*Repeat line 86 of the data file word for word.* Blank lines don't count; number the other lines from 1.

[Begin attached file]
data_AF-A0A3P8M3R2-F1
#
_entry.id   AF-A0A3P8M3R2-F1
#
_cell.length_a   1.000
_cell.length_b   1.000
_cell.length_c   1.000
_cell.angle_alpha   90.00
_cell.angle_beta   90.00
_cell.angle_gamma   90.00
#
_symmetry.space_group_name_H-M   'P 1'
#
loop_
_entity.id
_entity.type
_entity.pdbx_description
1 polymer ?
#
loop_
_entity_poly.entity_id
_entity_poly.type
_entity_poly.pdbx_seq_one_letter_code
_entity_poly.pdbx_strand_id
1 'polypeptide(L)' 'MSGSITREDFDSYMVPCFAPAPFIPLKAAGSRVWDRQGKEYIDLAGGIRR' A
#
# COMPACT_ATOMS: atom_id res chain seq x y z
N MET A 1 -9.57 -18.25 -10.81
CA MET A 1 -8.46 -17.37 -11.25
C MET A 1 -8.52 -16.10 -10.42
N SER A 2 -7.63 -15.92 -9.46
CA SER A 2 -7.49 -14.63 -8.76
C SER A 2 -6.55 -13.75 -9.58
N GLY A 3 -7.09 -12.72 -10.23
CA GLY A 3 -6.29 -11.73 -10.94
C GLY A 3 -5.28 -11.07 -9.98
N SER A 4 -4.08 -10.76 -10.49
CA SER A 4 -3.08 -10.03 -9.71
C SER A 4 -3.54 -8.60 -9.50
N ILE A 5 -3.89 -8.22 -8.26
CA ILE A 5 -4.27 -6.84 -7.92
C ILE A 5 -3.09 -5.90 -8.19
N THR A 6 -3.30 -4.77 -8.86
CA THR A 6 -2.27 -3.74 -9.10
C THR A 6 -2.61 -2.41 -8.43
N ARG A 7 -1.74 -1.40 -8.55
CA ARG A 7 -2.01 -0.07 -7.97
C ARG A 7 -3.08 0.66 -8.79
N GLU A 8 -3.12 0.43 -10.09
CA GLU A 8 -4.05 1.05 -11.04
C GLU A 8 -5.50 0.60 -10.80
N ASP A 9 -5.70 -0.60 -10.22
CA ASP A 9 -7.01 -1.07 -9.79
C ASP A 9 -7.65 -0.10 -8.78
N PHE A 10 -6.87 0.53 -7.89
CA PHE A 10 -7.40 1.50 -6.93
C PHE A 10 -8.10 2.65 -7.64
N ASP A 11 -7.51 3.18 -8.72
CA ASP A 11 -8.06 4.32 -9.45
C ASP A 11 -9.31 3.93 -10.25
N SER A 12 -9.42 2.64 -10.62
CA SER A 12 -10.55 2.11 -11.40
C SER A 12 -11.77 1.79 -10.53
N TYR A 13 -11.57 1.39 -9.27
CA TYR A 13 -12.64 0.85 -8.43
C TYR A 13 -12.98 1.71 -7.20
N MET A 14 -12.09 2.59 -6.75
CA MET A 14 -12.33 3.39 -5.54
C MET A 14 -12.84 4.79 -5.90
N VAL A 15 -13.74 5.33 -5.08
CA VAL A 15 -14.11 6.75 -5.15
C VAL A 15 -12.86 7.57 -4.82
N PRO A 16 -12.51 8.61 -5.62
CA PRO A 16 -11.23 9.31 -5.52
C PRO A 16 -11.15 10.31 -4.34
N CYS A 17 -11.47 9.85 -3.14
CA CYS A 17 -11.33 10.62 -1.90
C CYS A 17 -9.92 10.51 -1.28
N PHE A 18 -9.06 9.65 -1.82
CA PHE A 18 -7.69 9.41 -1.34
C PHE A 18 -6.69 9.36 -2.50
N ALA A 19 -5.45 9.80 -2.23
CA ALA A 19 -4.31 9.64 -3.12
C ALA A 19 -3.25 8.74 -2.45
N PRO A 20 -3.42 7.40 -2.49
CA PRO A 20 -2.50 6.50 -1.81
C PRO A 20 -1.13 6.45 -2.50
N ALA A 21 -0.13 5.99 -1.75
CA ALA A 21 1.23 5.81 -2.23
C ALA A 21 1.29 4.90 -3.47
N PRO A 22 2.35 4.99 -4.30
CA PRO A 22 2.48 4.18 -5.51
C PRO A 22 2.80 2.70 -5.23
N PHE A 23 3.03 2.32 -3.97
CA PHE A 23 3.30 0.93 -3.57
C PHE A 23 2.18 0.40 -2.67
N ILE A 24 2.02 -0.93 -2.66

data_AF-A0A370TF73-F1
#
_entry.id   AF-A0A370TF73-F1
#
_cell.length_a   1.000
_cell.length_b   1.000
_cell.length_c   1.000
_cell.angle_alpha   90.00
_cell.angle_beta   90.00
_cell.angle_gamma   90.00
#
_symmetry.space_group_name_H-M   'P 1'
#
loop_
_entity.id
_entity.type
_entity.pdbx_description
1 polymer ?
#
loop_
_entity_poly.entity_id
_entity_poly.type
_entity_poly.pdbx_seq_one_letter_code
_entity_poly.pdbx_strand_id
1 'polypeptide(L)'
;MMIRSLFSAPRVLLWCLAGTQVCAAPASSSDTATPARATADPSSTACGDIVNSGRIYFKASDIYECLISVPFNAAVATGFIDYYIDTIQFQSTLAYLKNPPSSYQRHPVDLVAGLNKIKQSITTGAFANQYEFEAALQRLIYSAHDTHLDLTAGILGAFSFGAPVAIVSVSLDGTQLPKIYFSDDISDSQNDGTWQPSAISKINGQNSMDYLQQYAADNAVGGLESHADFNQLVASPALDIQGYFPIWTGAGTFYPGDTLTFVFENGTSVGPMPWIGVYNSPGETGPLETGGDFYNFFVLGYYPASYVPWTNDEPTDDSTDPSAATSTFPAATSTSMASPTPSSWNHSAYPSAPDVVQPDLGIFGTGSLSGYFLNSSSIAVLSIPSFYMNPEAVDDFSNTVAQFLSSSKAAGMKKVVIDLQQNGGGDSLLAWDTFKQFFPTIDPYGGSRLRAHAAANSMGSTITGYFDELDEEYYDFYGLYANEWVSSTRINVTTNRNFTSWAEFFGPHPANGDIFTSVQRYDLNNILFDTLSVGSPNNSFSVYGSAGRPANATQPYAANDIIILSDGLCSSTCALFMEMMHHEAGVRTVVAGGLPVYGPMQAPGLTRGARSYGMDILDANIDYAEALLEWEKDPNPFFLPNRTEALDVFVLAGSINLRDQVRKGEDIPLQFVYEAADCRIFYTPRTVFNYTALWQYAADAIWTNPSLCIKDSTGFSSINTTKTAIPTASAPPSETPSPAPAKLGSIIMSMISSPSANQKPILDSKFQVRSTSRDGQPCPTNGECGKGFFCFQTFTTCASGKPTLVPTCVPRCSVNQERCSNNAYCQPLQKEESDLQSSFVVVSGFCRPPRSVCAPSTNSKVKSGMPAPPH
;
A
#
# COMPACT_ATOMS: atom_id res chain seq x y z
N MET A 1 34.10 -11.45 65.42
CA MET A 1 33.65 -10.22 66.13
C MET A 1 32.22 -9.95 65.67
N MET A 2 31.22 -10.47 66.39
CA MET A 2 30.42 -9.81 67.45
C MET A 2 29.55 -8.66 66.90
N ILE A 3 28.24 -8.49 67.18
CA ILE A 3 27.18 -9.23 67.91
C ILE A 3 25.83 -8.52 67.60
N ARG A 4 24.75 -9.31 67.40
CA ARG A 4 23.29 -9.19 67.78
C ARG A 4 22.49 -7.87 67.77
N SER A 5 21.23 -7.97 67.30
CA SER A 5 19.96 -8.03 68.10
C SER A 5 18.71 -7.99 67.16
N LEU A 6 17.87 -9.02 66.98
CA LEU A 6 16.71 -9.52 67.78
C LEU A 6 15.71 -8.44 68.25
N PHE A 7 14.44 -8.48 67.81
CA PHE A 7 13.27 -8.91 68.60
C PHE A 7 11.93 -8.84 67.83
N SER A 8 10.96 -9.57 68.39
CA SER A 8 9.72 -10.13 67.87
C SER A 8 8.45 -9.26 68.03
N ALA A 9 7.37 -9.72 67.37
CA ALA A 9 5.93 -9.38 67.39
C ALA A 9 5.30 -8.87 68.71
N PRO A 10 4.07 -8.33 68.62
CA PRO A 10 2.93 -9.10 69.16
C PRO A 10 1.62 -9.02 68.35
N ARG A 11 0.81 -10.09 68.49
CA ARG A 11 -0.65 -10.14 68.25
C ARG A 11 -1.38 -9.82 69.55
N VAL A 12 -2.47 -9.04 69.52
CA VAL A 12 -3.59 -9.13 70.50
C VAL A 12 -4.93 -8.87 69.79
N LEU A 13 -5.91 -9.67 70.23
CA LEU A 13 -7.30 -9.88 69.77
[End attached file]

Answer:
CA PRO A 20 -2.50 6.50 -1.81